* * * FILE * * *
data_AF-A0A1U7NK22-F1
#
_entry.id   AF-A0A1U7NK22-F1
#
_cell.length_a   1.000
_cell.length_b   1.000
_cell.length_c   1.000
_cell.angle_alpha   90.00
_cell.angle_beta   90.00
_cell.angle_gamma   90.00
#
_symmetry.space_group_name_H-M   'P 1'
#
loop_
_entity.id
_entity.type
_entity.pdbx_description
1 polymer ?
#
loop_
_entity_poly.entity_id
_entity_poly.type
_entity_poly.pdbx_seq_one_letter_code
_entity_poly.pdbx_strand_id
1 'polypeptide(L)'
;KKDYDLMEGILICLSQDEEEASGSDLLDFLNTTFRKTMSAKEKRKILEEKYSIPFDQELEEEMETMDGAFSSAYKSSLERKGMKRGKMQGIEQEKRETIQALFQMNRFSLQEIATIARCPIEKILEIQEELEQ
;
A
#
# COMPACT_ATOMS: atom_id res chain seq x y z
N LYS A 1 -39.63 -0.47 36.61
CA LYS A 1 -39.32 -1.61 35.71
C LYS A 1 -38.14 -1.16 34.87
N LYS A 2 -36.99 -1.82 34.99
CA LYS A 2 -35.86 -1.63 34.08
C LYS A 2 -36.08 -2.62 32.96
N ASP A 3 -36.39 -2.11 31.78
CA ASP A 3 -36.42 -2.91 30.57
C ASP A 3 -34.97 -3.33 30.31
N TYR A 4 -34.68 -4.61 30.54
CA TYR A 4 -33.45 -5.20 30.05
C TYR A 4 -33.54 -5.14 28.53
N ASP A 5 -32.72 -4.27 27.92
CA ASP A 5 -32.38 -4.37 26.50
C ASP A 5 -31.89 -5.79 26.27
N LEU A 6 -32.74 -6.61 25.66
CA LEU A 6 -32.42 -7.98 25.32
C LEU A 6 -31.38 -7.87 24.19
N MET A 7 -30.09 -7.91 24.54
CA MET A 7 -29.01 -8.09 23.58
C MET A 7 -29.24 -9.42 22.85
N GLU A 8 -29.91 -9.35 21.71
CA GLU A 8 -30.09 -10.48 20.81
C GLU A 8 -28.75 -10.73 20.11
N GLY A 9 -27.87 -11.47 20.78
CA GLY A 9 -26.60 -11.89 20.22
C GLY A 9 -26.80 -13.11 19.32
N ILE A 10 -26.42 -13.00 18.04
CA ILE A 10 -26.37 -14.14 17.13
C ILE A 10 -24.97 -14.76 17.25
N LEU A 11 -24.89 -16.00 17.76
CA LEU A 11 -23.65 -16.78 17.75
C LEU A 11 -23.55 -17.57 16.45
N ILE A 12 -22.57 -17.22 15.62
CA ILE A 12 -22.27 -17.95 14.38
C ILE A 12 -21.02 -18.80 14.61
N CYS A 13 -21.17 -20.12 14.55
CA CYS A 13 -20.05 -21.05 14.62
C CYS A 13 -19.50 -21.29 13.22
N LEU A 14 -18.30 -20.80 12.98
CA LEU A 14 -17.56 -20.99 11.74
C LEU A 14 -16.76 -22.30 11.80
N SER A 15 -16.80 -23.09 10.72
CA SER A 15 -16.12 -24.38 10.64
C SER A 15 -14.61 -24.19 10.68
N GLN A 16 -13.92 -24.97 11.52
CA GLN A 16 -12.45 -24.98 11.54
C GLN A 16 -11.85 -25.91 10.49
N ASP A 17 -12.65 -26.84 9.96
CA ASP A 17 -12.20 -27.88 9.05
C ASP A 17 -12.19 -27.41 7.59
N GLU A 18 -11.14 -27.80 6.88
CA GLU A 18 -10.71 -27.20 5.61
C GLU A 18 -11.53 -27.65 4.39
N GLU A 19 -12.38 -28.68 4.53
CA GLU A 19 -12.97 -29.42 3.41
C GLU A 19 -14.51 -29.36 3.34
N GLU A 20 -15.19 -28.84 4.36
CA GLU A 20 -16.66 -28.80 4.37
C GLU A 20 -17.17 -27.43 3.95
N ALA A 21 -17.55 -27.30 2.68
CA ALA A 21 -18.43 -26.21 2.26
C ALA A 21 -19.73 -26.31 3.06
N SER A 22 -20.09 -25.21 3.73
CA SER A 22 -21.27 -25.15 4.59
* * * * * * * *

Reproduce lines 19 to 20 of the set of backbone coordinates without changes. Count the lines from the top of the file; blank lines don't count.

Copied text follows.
#
loop_